The recent jump in the prime interest rate to 13 percent threatens to complicate negotiations over Latin American nations' debts but probably will not hurt President Reagan's reelection bid, Treasury Secretary Donald T. Regan says.
''The timing is very regrettable, particularly from an international point of view,'' and ''might have a tendency to solidify positions in Latin America regarding their debt,'' he said Wednesday. Monday's hike in the prime rate will add an estimated $1.25 billion a year to developing nations' debt-service costs, according to the World Bank.
The increase in the prime came the first business day after a meeting of Latin American debtor nations in Cartagena, Colombia. The conference focused on finding ways to ease the debt crisis. Among other things, participants called for an immediate sharp reduction in lending rates, longer repayment periods, and a dialogue with banks, multilateral lending agencies, and the governments of industrialized nations on resolving the debt crisis.
A further rise in interest rates could ''be very harmful'' to the United States economy, but the effects probably would not be felt in time to damage Mr. Reagan's reelection chances, Regan told reporters at breakfast.
''I don't think, unless (rates) were to rise too precipitously, it could choke off the economy immediately. This economy is too strong for that. It could slow it down abruptly later,'' he said.
Mr. Regan, known among private economists for his optimistic economic forecasts, predicts that interest rates should begin to decline slowly as the election approaches and as an expected slowdown takes place in economic growth.
''I think we must be on high ground right now and (interest rates) would recede from here,'' he said.
By election day, he says, he expects economic growth, adjusted for inflation, will have slowed to a 4.5 percent annual rate and inflation will have climbed a bit to a 4 percent annual rate, using a measure linked to the gross national product. The GNP is the total value of goods and services produced in the economy.
Regan dismissed forecasts from private economists who predict the prime rate will climb to between 13.5 and 14 percent by December and perhaps as high as 16. 5 percent in the first half of 1985. These forecasts assume growing competition between private credit demand and government borrowing to cover the federal budget deficit. Regan noted that the deficit, as a percentage of the GNP, will decline somewhat as a result of the economy's recent rapid growth.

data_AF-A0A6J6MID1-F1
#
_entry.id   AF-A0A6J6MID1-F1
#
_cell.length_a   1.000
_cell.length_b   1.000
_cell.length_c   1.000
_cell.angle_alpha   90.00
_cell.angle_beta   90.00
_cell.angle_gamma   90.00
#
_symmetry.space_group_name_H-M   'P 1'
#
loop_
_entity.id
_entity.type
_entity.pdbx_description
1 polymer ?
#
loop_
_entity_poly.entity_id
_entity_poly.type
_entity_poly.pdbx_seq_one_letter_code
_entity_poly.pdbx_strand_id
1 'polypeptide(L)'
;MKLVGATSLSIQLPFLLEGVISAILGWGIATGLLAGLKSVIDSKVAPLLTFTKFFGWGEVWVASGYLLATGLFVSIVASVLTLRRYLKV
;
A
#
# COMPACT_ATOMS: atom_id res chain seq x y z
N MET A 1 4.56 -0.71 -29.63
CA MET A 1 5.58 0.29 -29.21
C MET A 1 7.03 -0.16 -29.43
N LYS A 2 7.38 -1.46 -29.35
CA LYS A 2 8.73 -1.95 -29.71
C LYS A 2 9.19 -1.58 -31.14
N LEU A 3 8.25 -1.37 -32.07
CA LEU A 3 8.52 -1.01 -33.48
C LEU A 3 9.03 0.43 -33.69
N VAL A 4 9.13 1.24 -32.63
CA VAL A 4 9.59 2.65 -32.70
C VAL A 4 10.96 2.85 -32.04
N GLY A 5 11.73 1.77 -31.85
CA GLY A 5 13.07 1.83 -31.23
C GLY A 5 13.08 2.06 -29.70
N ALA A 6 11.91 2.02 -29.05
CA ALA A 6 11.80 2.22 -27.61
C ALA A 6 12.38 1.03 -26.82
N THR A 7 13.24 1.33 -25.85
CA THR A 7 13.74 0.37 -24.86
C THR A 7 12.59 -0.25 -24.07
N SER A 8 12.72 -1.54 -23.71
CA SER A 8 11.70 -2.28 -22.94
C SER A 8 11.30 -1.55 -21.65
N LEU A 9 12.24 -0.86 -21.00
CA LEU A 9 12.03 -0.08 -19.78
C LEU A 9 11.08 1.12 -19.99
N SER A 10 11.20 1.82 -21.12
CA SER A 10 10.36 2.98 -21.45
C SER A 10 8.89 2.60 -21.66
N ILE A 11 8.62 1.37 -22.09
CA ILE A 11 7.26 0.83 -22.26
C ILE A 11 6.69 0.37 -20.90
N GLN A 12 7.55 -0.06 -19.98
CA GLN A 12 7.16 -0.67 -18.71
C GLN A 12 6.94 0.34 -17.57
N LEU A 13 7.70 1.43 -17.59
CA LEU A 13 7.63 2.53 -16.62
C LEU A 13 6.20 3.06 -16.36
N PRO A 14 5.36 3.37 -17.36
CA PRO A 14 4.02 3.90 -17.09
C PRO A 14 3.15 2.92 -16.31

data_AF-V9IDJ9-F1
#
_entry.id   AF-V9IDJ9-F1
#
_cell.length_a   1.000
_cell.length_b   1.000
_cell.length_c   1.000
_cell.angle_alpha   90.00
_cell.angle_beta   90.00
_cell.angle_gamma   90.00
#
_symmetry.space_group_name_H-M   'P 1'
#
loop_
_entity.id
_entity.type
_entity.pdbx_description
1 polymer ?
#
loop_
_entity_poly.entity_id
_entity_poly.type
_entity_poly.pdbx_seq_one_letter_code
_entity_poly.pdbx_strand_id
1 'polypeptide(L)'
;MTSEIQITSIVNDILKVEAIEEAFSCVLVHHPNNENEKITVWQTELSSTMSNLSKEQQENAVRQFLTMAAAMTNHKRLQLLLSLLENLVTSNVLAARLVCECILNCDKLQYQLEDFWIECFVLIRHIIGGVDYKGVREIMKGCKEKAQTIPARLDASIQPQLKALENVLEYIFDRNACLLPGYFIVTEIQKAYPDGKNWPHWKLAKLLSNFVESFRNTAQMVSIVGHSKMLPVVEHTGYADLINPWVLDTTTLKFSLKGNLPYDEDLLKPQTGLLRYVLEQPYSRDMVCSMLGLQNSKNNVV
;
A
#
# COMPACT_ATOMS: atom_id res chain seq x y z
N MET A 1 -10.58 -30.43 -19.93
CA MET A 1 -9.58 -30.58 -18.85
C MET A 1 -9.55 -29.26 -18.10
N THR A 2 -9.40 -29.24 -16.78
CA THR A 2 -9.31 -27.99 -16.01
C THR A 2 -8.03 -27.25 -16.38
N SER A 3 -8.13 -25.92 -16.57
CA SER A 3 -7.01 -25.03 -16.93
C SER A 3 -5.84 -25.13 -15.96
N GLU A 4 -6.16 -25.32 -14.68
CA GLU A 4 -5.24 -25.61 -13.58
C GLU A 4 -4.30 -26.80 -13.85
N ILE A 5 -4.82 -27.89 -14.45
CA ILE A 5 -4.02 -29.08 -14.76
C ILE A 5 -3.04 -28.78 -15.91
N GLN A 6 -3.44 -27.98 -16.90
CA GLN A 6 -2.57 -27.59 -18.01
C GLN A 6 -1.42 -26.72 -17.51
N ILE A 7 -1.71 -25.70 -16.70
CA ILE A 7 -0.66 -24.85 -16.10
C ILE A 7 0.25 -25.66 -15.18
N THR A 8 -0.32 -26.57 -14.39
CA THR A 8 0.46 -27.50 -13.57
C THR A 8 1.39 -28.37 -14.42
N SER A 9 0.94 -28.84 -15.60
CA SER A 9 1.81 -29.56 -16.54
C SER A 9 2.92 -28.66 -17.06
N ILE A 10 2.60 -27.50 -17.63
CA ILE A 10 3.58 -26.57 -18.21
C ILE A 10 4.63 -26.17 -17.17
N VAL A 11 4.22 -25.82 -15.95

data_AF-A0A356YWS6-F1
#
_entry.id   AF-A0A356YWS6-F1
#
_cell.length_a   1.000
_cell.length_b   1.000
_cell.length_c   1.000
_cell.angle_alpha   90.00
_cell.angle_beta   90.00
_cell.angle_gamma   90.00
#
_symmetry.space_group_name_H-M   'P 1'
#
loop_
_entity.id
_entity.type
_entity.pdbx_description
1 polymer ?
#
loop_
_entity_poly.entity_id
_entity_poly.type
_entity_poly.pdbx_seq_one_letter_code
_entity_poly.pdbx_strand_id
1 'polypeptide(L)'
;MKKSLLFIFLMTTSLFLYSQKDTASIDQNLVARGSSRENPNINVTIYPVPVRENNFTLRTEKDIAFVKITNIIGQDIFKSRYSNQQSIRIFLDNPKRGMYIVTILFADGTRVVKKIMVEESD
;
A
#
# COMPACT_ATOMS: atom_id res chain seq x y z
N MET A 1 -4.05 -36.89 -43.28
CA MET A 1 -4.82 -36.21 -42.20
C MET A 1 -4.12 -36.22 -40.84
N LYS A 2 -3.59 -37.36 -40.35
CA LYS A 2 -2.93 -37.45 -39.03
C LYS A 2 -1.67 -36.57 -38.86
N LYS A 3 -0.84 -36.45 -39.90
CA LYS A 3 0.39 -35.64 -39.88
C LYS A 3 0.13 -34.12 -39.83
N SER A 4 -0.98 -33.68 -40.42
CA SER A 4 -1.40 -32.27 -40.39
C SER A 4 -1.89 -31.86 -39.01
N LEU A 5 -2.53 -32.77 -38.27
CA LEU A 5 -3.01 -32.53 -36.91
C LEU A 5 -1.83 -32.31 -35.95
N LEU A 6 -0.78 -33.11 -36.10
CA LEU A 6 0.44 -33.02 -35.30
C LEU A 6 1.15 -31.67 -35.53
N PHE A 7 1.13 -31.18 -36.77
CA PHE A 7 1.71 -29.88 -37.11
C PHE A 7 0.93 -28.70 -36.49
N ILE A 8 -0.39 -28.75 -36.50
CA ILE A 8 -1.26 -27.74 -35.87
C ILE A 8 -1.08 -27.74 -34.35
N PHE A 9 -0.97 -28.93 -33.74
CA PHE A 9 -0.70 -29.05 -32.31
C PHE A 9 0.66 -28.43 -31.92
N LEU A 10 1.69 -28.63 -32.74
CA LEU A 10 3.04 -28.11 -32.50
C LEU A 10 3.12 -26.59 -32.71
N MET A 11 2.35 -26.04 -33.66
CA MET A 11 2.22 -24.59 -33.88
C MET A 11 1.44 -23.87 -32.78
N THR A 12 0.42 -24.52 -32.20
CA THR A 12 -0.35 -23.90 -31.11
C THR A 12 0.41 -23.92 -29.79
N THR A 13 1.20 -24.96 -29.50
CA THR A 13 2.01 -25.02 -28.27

Provisions in the 1984 tax bill, which Congress is expected to send to the President shortly, will ease pressure on US credit markets and could help fuel an upswing in the stock market, the secretary argued. The bill repeals a 30 percent withholding tax on interest paid to foreign investors on new bonds issued by private corporations or the US Treasury. That makes the bonds more salable overseas.
''To some extent it should relieve pressure on the demand side on the US bond and money markets,'' Regan said. Theoretically, at least, that would allow interest rates to fall.
The tax bill also cuts from one year to six months the time an investor must hold a security to get preferential capital-gains treatment. The measure may boost the volume of transactions on various stock exchanges, Regan said. And ''since this is buying and holding for capital gain, one would have to think it would be accompanied by a rising market,'' said Regan, the former chief executive officer of Merrill Lynch, the nation's largest brokerage firm.
Meanwhile, taxpayers should not count on claiming bigger personal exemptions on their federal income taxes, even though some White House aides recently suggested the President was likely to recommend an increase from the current $1, 000 level.
''The story was leaked by a White House staffer who has, apparently, his own agenda,'' Regan said. No conclusions have been reached about the tax-reform package the President has requested the Treasury Department to deliver after the election.
''I would doubt'' that the President will release selected portions of the tax-reform plan in his acceptance speech at the Republican convention, Regan said. Published reports have claimed that was a possibility.
Regan added that, despite word to the contrary from Senate Finance Committee chairman Robert Dole (R) of Kansas and others on Capitol Hill, it ''is premature'' to say another major tax increase will be needed next year.
The Treasury secretary said the US government does not have a plan on the table at the moment to step in if Argentina is not able to make interest payments that will be 90 days overdue June 30.
If Argentina misses these payments, US banks will have to chop their second-quarter profits. Regan planned an afternoon meeting Wednesday with Bernardo Grinspun, Argentina's minster of the economy.